When a member of a church pursues a course, ob
viously at variance with the principles on which the church is constituted, the other members, after having used suitable means to reclaim him without effect, remove him from their circle by suspending or excommunicating him. In other words, they establish a non-intercourse ; a measure, the most simple and effective, as well as being in accordance with the mild and benevolent spirit of the Gospel.
The principle of non-intercourse is as applicable to nations as to individuals or to private associations; and happy and glorious will that day be, when it shall be substituted in the affairs of nations for a resort to war. It is not only a remedy, which can be applied ; but a remedy, which will have effect; it will be more likely than any other to secure the object, for which it is adopted. Let us illustrate the subject.
We will suppose, that France owes to the United States a certain sum of money; (say the sum recently in dispute, five millions of dollars,) and refuses to pay. Then the question before the United States is, if all other means of redress have failed, whether under these circumstances they shall resort to the pacific measure of a suspension of intercourse, or to the belligerent measure of reprisals and war. Saying nothing of duty, saying nothing of the sacred requisitions of the Gospel, we may with propriety compare the two measures, on the ground of expediency. If we declare war, or make reprisals in any form, or take any truly belligerent measures, we may well inquire, what we are likely to gain by such a course.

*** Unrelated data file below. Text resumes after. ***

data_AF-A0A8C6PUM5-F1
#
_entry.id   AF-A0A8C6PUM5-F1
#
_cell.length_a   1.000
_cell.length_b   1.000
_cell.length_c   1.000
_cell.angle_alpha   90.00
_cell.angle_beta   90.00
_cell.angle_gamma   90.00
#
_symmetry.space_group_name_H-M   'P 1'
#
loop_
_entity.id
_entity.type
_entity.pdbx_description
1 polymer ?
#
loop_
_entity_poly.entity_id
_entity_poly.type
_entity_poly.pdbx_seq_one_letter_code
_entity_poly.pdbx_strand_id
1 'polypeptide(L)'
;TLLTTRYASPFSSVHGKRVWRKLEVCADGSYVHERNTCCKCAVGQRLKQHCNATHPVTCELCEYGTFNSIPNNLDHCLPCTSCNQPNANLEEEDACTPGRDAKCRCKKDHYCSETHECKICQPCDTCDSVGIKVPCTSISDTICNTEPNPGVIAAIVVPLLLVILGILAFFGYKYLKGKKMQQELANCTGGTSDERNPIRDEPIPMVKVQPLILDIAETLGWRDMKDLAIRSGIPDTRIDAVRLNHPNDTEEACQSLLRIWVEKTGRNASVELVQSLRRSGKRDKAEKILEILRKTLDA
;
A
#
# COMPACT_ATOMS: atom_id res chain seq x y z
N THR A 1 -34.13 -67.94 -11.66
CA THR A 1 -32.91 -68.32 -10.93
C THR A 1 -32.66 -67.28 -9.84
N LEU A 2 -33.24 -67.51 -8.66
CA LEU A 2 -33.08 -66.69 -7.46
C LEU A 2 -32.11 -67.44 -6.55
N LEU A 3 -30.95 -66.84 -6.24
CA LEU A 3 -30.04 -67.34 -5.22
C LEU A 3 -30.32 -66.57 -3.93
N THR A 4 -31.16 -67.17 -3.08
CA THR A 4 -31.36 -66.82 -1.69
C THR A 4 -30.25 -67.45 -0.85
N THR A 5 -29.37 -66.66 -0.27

In the first place, do we gain the five millions ? Not at all. If there had been no resort to warlike measures, the French might have ultimately paid the sum in question
but the resort to such measures at once puts the payment at an infinite remove. No one, who is acquainted with the character of the French nation, a people that have always plumed themselves on their warlike
spirit, will be so foolish as to suppose, (and the same may be said of almost every other nation, that they will pay the five millions, or the millionth part of five millions, on compulsion. But is the loss of the five millions the whole loss ? Certainly not. If the war is carried on with vigor, the expense will be at least fifty millions of dollars a year; and supposing the war to continue five years, which is perhaps a fair estimate of its continuance, we incur the solid burden of two hundred and fifty millions. And if we add to this the loss incurred by the depredations on our commerce and in other ways, we may safely estimate the whole expense and loss to our nation at five hundred millions. And we lose in the conflict at a reasonable estimate fifty thousand men. This is the result; a loss of five hundred millions of money and fifty thousand men, and nothing gained ; saying nothing of the demoralization attendant on a state of war, and of the unspeakable sufferings, scarcely ever exposed to the public eye, which are experienced in private families.
But on the other hand, if we resort to the non-intercourse system, instead of war, we shall stand some chance of obtaining the original claim, because, while we take a course which does not render it dishonorable to the French to pay, we make it their interest to do so. And certainly if the payment of five million of dollars is the original and actual ground of dispute, we are bound by every principle of interest and of duty too, to take precisely that course, if it be a justifiable one, which will be most likely to secure the payment. And in other respects, how numerous are the advantages attendant upon this course! We incur no expense; we do not burden the people with excessive taxes ; we lose no men ; we do not suffer, in their countless ways of operation, the demoralizing influences of war. The merchants of course encounter some little inconvenience in altering